Essential checklist to keep your Power BI Solutions optimized. Part II. Data model good practices

 In Performance, Power BI, Tabular Models

This second article is focused on best practices for designing your data model, optimizing CPU, RAM, and workspace capacity consumption by minimizing memory usage.


  • Reduce space and processing time.
  • Faster refresh times.
  • Lower latency reports.
  • Reduce the time development.
  • More user-friendly data models because the user will not navigate through a bunch of useless objects that are not needed to build the reports.

– Choose the appropriate dataset mode for your solution: You can use Import, DirectQuery, and Composite model.

There are a variety of factors to consider when deciding which method to use, so I recommend that you review the advantages, disadvantages, and limitations of each in the Microsoft documentation so that you can select the correct one.

– Build your data model using a star schema architecture avoiding snowflake schema:


  • More user friendly.
  • The DAX formulas are simpler.
  • The time refreshes are faster.
  • Reduces redundant data

Star schema are specialized data models used when designing data warehouses, the tables are classified as either dimension or fact. In this schema the fact sits in the middle and the dimensions are all around related directly to the fact which gives it the shape of a star.

– Only include the essential columns to create the reports: You do not want a report larger than necessary. However, removing the unnecessary columns could be too complicated when you have a lot of reports connected to the dataset because they can break.

I created a tool to help you to clean up your data models easily and quickly, you can download it for free, visit the link: Tabular model cleaner.

– Load in your data model the necessary tables: Probably you need to import a table in Power Query to make intermediate calculations but if you won’t use this table in your reports remember unchecking the “enable load” option in Power Query:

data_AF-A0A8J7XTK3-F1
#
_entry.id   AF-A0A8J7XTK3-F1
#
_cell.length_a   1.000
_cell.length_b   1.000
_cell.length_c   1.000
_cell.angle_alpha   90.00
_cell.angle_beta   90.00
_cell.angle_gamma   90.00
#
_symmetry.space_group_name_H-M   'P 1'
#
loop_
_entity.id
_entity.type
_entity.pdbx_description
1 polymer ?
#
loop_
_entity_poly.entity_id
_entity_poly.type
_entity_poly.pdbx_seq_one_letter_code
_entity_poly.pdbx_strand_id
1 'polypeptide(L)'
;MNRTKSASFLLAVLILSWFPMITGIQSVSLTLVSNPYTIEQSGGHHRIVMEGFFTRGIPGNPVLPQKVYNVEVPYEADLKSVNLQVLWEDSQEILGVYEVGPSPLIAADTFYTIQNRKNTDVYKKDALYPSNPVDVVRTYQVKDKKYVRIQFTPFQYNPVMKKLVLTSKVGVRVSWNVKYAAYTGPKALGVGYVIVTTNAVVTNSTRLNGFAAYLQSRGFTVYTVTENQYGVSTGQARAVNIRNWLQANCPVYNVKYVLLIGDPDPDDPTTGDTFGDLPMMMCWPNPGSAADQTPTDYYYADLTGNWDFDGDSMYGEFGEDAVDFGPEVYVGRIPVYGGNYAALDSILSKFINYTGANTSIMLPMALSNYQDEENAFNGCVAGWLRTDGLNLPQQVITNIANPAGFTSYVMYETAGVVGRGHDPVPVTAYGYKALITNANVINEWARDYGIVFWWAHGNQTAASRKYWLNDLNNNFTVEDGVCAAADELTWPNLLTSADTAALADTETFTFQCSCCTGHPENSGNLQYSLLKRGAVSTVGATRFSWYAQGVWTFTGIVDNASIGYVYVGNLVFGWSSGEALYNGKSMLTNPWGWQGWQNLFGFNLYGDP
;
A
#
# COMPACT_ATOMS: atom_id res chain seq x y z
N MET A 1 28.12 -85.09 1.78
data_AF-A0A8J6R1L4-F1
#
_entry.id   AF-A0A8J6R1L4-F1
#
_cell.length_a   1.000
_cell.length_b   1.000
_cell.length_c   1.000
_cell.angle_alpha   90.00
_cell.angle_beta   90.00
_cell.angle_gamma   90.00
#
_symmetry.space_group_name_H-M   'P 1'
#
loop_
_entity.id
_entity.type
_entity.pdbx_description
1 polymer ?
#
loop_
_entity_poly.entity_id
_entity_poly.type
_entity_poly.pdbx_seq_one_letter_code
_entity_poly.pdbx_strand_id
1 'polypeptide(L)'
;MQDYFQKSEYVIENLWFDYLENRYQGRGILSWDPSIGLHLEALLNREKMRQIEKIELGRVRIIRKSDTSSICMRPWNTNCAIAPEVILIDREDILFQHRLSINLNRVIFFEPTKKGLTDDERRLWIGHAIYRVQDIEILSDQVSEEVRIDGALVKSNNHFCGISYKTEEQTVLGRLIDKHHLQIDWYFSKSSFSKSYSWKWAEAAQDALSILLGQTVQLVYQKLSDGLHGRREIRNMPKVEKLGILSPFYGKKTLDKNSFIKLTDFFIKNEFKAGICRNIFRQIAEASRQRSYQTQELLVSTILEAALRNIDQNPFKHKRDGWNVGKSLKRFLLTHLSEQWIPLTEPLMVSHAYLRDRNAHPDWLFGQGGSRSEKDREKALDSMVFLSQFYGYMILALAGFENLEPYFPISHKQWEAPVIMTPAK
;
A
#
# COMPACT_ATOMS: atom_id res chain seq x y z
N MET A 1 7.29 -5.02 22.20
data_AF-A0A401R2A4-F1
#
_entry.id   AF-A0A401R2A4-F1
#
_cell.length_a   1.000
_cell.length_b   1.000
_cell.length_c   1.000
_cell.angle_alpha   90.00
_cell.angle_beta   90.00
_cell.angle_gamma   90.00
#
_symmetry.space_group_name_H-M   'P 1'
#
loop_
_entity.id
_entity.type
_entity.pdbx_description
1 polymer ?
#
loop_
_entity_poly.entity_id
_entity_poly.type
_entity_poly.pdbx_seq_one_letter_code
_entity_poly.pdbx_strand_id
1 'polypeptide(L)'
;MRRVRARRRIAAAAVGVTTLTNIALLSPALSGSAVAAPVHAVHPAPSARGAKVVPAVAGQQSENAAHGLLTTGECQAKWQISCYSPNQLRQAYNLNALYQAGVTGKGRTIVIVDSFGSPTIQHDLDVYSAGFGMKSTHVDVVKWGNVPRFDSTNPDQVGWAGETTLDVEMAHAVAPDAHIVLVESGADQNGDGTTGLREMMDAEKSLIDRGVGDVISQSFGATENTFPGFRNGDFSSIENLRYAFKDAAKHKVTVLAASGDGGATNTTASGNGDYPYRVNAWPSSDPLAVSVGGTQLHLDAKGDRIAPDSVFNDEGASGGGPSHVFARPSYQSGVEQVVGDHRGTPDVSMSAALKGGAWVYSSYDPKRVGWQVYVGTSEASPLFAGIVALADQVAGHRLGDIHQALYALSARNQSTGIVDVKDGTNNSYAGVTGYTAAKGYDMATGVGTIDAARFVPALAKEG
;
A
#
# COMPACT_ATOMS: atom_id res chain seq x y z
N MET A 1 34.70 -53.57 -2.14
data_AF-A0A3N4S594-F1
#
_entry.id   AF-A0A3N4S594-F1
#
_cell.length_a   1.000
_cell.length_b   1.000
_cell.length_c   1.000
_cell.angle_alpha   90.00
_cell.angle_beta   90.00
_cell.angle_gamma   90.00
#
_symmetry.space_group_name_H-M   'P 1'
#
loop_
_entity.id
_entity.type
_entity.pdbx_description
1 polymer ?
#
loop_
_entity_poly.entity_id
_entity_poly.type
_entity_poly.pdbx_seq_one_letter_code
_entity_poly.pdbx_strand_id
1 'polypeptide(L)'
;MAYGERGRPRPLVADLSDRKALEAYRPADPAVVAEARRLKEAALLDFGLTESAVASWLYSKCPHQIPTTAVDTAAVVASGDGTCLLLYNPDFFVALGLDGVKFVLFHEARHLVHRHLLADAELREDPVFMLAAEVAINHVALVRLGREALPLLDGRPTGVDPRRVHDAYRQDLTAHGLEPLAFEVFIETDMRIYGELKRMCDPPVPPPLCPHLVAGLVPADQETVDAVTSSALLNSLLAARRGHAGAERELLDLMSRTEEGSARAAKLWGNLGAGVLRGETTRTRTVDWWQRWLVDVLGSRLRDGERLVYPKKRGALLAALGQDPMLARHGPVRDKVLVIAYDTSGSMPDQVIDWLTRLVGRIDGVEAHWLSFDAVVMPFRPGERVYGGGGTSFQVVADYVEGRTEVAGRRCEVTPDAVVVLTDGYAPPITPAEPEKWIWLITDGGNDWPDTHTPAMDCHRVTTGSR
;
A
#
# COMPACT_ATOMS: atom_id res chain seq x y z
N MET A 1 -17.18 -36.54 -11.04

– Apply an Incremental Refresh policy to reduce the amount of data: Power BI desktop is limited for your computer resources, if you are working with very large models will be necessary configure the Incremental refresh.


  • Optimize your time development because you work over a smaller data model.
  • Shorter data refresh time.
  • Lower resource consumption in the Power BI Service.

Check our article: Configure an Incremental Refresh Policy in seven steps

– Group by and summarize combined with composite models: Depending on the level of granularity that you need to handle in your reports you can group your data by month, division, city for example.

In case you have to visualize a detail of the data, you can create a composite model and adding a drill through page that retrieves the detail data from a DirectQuery table.

For more detail check: Composite Models in Power BI Desktop

– Avoid many-to-many relationships: Most of the time, this can be avoided by creating a bridge table with unique values and one-to-many relationships from the bridge table to the fact tables, thus adopting star schema.

– Avoid both-directional relationships in your data model: You need to have a solid data modeling knowledge to measure the impact of this type of relationship in your data model, otherwise this could cause:

  • Unexpected results
  • Performance problems

Instead of creating a bi-directional relationship, try using a measure like the one below to get the value you need:

– Add a date table to your model and mark it as a date table.

– Disable auto date/time option: This avoids Power BI automatically create a lot of date dimension tables in the background.

– Disable the “Autodetect new relationships after data is loaded” option: Because you could mess up your data model if you do not have solid experience in data modeling.

– Remove columns with high cardinality: High cardinality columns can be particularly expensive. If possible:

  • Remove columns such as GUID and timestamp from a SQL Server table from your model.
  • Splitting Datetime columns in two columns, one for date and one for time.

– Select the correct data type: Don’t use decimal type if you only need the whole number or if your data granularity is at day level don’t use Date/Time data.

– Create measures instead of Calculated Columns: Using measures where applicable will help reduce data model size and increase the efficiency of the calculations.

 – Create custom columns in Power query instead of DAX calculated columns: The custom columns created in Power Query achieve a better and more efficient compression.

– Use tools as DAX Studio and Bravo you to analyze where your model consumes the most memory: and choose which columns and tables you should remove to optimize it.

– Use the tool Tabular model cleaner to analyze the impact in your reports of make changes or removing objects from your data models.

Click here for part 3 of this series.

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